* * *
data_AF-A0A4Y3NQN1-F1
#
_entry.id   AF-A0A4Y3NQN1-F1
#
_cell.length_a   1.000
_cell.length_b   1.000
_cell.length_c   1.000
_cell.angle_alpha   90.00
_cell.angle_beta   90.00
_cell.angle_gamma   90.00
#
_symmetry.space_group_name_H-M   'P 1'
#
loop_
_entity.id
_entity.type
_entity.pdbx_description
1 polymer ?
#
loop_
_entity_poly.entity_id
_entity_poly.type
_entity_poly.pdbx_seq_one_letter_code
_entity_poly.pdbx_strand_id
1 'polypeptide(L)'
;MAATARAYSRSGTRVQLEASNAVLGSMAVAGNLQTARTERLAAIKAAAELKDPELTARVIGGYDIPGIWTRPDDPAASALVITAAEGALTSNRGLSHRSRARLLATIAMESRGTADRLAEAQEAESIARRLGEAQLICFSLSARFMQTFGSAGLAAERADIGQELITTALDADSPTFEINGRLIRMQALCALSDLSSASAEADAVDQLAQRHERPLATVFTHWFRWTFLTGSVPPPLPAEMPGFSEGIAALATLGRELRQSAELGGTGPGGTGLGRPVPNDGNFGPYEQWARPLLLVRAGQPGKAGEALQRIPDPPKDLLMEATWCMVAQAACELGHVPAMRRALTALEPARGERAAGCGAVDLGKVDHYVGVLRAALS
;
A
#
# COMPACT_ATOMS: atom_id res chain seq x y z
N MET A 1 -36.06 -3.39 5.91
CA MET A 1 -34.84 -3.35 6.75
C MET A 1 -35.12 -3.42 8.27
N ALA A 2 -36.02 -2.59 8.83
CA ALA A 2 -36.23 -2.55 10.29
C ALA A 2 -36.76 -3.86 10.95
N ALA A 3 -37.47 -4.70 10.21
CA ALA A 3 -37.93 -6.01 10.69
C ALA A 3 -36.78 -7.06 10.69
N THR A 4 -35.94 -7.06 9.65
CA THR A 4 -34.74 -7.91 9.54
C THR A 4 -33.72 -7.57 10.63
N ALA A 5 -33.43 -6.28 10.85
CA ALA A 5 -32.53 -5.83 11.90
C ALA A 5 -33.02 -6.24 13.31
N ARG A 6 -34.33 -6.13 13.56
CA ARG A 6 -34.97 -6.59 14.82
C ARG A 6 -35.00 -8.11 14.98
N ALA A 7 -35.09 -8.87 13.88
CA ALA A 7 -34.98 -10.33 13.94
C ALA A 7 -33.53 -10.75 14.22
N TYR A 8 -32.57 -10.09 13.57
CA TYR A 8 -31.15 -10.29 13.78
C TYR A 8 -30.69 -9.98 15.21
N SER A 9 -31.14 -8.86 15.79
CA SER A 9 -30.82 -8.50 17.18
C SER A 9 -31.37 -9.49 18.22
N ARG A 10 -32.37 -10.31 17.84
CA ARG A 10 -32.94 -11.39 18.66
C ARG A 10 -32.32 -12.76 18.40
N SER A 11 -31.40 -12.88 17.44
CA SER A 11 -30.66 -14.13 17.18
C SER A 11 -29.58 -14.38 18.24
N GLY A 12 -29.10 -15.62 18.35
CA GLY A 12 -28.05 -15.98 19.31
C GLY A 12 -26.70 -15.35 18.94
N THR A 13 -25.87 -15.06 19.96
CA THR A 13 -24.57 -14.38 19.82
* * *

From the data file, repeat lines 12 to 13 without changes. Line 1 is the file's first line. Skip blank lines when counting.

_symmetry.space_group_name_H-M   'P 1'
#